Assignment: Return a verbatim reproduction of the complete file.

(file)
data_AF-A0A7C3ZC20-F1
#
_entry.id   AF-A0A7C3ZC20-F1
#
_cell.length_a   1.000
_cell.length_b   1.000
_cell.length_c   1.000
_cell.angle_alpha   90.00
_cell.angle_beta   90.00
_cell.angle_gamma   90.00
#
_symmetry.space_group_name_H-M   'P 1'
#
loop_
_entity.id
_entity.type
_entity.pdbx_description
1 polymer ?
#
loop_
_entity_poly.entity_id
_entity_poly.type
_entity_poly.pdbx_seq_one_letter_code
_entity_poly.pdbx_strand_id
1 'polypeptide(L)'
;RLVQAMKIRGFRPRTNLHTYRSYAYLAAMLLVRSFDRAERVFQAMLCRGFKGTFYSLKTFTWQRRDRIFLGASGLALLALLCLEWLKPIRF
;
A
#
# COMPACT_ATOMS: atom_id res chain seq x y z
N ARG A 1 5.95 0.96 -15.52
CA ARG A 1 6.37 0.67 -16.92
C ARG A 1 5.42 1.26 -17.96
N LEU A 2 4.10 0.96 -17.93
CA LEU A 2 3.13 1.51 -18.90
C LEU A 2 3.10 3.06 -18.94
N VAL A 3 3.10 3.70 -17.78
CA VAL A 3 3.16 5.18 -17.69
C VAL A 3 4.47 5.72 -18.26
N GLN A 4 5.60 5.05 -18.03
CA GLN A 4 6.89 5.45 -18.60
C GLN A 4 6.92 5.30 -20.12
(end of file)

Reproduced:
data_AF-A0A7C3ZC20-F1
#
_entry.id   AF-A0A7C3ZC20-F1
#
_cell.length_a   1.000
_cell.length_b   1.000
_cell.length_c   1.000
_cell.angle_alpha   90.00
_cell.angle_beta   90.00
_cell.angle_gamma   90.00
#
_symmetry.space_group_name_H-M   'P 1'
#
loop_
_entity.id
_entity.type
_entity.pdbx_description
1 polymer ?
#
loop_
_entity_poly.entity_id
_entity_poly.type
_entity_poly.pdbx_seq_one_letter_code
_entity_poly.pdbx_strand_id
1 'polypeptide(L)'
;RLVQAMKIRGFRPRTNLHTYRSYAYLAAMLLVRSFDRAERVFQAMLCRGFKGTFYSLKTFTWQRRDRIFLGASGLALLALLCLEWLKPIRF
;
A
#
# COMPACT_ATOMS: atom_id res chain seq x y z
N ARG A 1 5.95 0.96 -15.52
CA ARG A 1 6.37 0.67 -16.92
C ARG A 1 5.42 1.26 -17.96
N LEU A 2 4.10 0.96 -17.93
CA LEU A 2 3.13 1.51 -18.90
C LEU A 2 3.10 3.06 -18.94
N VAL A 3 3.10 3.70 -17.78
CA VAL A 3 3.16 5.18 -17.69
C VAL A 3 4.47 5.72 -18.26
N GLN A 4 5.60 5.05 -18.03
CA GLN A 4 6.89 5.45 -18.60
C GLN A 4 6.92 5.30 -20.12